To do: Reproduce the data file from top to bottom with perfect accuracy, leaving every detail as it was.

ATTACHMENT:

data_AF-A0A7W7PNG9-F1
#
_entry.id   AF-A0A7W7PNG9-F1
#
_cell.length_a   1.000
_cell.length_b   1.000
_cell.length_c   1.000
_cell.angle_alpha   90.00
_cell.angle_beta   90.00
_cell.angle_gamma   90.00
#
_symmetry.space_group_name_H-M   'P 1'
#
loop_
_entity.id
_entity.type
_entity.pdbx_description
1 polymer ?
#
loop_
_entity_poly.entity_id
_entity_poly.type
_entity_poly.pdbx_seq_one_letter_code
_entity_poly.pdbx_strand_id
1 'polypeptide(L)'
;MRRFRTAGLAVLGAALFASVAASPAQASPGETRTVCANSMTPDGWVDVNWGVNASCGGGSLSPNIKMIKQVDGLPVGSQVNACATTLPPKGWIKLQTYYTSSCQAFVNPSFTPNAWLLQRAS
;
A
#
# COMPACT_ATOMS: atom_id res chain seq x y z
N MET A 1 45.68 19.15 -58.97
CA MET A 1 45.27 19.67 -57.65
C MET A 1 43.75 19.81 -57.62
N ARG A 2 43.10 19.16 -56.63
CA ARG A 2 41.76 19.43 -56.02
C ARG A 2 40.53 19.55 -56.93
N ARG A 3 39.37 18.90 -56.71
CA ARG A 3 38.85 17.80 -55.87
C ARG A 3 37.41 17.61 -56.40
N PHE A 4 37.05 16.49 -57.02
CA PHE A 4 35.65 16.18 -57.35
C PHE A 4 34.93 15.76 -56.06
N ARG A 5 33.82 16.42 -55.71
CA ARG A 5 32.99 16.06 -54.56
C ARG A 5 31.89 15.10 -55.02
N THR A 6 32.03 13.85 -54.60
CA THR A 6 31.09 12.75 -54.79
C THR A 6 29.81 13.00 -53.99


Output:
data_AF-A0A7W7PNG9-F1
#
_entry.id   AF-A0A7W7PNG9-F1
#
_cell.length_a   1.000
_cell.length_b   1.000
_cell.length_c   1.000
_cell.angle_alpha   90.00
_cell.angle_beta   90.00
_cell.angle_gamma   90.00
#
_symmetry.space_group_name_H-M   'P 1'
#
loop_
_entity.id
_entity.type
_entity.pdbx_description
1 polymer ?
#
loop_
_entity_poly.entity_id
_entity_poly.type
_entity_poly.pdbx_seq_one_letter_code
_entity_poly.pdbx_strand_id
1 'polypeptide(L)'
;MRRFRTAGLAVLGAALFASVAASPAQASPGETRTVCANSMTPDGWVDVNWGVNASCGGGSLSPNIKMIKQVDGLPVGSQVNACATTLPPKGWIKLQTYYTSSCQAFVNPSFTPNAWLLQRAS
;
A
#
# COMPACT_ATOMS: atom_id res chain seq x y z
N MET A 1 45.68 19.15 -58.97
CA MET A 1 45.27 19.67 -57.65
C MET A 1 43.75 19.81 -57.62
N ARG A 2 43.10 19.16 -56.63
CA ARG A 2 41.76 19.43 -56.02
C ARG A 2 40.53 19.55 -56.93
N ARG A 3 39.37 18.90 -56.71
CA ARG A 3 38.85 17.80 -55.87
C ARG A 3 37.41 17.61 -56.40
N PHE A 4 37.05 16.49 -57.02
CA PHE A 4 35.65 16.18 -57.35
C PHE A 4 34.93 15.76 -56.06
N ARG A 5 33.82 16.42 -55.71
CA ARG A 5 32.99 16.06 -54.56
C ARG A 5 31.89 15.10 -55.02
N THR A 6 32.03 13.85 -54.60
CA THR A 6 31.09 12.75 -54.79
C THR A 6 29.81 13.00 -53.99